Mom's Love is Brain Booster

A nurturing mother makes for a healthy brain

(RxWiki News) A loving and supportive mother is, of course, a huge asset for any child. The emotional and physical benefits of good parenting are essential for healthy development.

And it's good for baby's brain, as well. School-age children whose mothers nurtured them early in life have a larger area of the brain that impacts learning, memory and stress management.

"Nurture your child early to grow the brain."

Research conducted by child psychiatrists and neuroscientists at Washington University School of Medicine in St. Louis showed that the brains of children with early maternal nurturing actually had a larger hippocampus.

This is the first study to show that changes in this critical region of a child’s brain are linked to a mother’s nurturing.

Lead author Joan L. Luby, M.D., says that the study validates just how important nurturing parents are to creating adaptive human beings. The study conducted brain-imaging scans on 92 children between the ages of seven and 10; the children had all participated in an earlier study of preschool depression.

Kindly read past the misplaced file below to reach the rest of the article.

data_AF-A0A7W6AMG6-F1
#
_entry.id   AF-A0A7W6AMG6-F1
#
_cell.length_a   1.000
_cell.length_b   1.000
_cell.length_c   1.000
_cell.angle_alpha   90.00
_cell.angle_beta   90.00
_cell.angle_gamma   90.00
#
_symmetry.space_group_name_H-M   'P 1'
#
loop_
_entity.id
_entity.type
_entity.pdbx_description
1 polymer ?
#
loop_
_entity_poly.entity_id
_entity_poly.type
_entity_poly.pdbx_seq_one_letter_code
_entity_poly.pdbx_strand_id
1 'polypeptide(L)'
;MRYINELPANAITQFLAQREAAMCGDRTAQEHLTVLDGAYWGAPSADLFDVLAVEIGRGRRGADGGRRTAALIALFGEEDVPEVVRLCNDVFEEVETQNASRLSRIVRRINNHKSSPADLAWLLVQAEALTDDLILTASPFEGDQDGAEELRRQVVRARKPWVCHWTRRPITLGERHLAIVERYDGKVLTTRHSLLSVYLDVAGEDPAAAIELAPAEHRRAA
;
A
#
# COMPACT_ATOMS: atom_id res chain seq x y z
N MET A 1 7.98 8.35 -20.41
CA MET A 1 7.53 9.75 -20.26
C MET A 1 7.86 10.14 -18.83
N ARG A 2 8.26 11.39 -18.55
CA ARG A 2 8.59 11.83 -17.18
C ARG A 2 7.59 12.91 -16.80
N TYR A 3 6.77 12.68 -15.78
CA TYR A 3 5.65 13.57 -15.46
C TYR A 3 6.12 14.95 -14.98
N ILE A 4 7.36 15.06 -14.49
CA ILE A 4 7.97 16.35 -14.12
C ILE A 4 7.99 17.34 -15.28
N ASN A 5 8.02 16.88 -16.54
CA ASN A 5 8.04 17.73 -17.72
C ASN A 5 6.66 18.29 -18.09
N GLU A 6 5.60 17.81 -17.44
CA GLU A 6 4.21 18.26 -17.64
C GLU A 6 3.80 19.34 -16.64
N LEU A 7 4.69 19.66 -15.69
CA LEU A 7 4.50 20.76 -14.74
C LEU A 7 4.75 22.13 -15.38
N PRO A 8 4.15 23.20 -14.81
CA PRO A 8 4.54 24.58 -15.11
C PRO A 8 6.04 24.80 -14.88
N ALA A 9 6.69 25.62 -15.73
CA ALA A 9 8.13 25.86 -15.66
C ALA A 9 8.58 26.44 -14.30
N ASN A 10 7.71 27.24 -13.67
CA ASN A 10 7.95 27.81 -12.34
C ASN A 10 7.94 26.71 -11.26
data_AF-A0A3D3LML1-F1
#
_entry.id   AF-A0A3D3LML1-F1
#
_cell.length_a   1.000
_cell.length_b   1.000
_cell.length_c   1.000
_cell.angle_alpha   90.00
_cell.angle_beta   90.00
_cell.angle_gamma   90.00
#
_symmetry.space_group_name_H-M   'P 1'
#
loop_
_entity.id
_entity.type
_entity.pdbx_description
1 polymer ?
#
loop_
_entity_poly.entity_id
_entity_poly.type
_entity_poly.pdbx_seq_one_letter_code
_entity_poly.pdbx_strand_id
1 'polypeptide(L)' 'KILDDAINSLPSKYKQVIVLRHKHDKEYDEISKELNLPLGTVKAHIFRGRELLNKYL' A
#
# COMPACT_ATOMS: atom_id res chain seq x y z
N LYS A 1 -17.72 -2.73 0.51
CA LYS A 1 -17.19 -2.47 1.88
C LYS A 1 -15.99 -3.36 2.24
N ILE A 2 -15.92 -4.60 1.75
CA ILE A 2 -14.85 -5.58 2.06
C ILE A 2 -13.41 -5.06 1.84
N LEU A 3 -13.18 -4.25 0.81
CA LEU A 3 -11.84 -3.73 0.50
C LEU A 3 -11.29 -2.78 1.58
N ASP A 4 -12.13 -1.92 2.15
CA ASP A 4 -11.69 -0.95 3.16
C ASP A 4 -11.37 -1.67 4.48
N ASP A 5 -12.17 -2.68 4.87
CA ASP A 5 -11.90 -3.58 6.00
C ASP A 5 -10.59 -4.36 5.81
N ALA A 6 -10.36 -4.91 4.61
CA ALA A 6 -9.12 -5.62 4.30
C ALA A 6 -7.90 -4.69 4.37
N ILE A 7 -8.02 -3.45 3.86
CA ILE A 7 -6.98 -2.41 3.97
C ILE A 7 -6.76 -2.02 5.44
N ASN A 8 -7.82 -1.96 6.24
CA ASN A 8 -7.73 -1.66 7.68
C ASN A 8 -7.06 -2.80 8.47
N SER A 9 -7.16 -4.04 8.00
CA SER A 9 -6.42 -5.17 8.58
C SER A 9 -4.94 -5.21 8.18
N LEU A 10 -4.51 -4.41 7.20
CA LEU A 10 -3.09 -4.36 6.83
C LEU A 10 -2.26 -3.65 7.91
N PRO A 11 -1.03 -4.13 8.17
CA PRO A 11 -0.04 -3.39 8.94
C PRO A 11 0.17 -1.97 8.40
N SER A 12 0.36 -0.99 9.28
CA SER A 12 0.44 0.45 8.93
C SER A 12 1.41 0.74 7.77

That earlier study rated how nurturing a parent was in an objective setting, and also measured whether the children had depression or were mentally healthy.

When some of the same children were used in this latest brain scan study, the children without depression who had been highly nurtured had a hippocampus almost 10 percent larger than the children whose mothers were not as nurturing.

The hippocampus is an important brain structure; it activates the release of stress coping hormones and is key in learning and memory. Dr. Luby said that the smaller hippocampus volume in the depressed children might be expected, but she was surprised that nurturing had such a big physical difference in the mentally healthy children.

“For years studies have underscored the importance of an early, nurturing environment for good, healthy outcomes for children,” Dr. Luby said. “This study, to my knowledge, is the first that actually shows an anatomical change in the brain, which really provides validation for the very large body of early childhood development literature that had been highlighting the importance of early parenting and nurturing."

Having a hippocampus that’s almost 10 percent larger, Dr. Luby added, provides concrete evidence of the powerful effect of parental nurturing.

The results were published in the January 2012 issue of the Proceedings of the National Academy of Sciences.

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Review Date: 
January 31, 2012